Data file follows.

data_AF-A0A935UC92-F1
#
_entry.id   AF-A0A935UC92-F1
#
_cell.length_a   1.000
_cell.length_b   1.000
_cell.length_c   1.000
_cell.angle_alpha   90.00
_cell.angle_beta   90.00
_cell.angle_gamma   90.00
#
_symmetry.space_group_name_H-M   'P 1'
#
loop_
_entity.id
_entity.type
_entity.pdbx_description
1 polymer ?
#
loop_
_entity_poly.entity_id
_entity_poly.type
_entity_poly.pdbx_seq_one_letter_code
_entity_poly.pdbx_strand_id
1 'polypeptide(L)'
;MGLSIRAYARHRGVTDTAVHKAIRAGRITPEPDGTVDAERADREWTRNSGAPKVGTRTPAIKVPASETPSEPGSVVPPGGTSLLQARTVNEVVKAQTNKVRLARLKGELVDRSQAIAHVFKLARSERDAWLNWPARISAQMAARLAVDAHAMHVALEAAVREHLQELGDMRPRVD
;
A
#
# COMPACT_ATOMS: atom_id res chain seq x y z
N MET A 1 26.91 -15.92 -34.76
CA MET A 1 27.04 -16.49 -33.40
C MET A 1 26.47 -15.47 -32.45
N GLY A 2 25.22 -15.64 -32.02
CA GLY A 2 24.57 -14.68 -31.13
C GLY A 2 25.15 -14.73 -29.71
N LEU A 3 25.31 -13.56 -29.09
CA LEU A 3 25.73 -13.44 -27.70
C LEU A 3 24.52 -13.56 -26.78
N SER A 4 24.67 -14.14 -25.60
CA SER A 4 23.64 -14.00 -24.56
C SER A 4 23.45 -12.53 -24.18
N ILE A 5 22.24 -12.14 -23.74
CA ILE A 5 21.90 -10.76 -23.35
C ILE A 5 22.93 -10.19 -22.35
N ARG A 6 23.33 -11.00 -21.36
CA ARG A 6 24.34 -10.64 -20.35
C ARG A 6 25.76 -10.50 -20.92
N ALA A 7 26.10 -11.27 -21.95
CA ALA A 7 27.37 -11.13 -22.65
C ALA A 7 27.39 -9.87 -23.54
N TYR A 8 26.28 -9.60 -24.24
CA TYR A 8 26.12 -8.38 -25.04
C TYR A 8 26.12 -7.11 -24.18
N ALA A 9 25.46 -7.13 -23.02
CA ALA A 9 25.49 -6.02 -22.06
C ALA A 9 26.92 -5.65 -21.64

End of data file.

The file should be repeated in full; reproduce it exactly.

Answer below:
data_AF-A0A935UC92-F1
#
_entry.id   AF-A0A935UC92-F1
#
_cell.length_a   1.000
_cell.length_b   1.000
_cell.length_c   1.000
_cell.angle_alpha   90.00
_cell.angle_beta   90.00
_cell.angle_gamma   90.00
#
_symmetry.space_group_name_H-M   'P 1'
#
loop_
_entity.id
_entity.type
_entity.pdbx_description
1 polymer ?
#
loop_
_entity_poly.entity_id
_entity_poly.type
_entity_poly.pdbx_seq_one_letter_code
_entity_poly.pdbx_strand_id
1 'polypeptide(L)'
;MGLSIRAYARHRGVTDTAVHKAIRAGRITPEPDGTVDAERADREWTRNSGAPKVGTRTPAIKVPASETPSEPGSVVPPGGTSLLQARTVNEVVKAQTNKVRLARLKGELVDRSQAIAHVFKLARSERDAWLNWPARISAQMAARLAVDAHAMHVALEAAVREHLQELGDMRPRVD
;
A
#
# COMPACT_ATOMS: atom_id res chain seq x y z
N MET A 1 26.91 -15.92 -34.76
CA MET A 1 27.04 -16.49 -33.40
C MET A 1 26.47 -15.47 -32.45
N GLY A 2 25.22 -15.64 -32.02
CA GLY A 2 24.57 -14.68 -31.13
C GLY A 2 25.15 -14.73 -29.71
N LEU A 3 25.31 -13.56 -29.09
CA LEU A 3 25.73 -13.44 -27.70
C LEU A 3 24.52 -13.56 -26.78
N SER A 4 24.67 -14.14 -25.60
CA SER A 4 23.64 -14.00 -24.56
C SER A 4 23.45 -12.53 -24.18
N ILE A 5 22.24 -12.14 -23.74
CA ILE A 5 21.90 -10.76 -23.35
C ILE A 5 22.93 -10.19 -22.35
N ARG A 6 23.33 -11.00 -21.36
CA ARG A 6 24.34 -10.64 -20.35
C ARG A 6 25.76 -10.50 -20.92
N ALA A 7 26.10 -11.27 -21.95
CA ALA A 7 27.37 -11.13 -22.65
C ALA A 7 27.39 -9.87 -23.54
N TYR A 8 26.28 -9.60 -24.24
CA TYR A 8 26.12 -8.38 -25.04
C TYR A 8 26.12 -7.11 -24.18
N ALA A 9 25.46 -7.13 -23.02
CA ALA A 9 25.49 -6.02 -22.06
C ALA A 9 26.92 -5.65 -21.64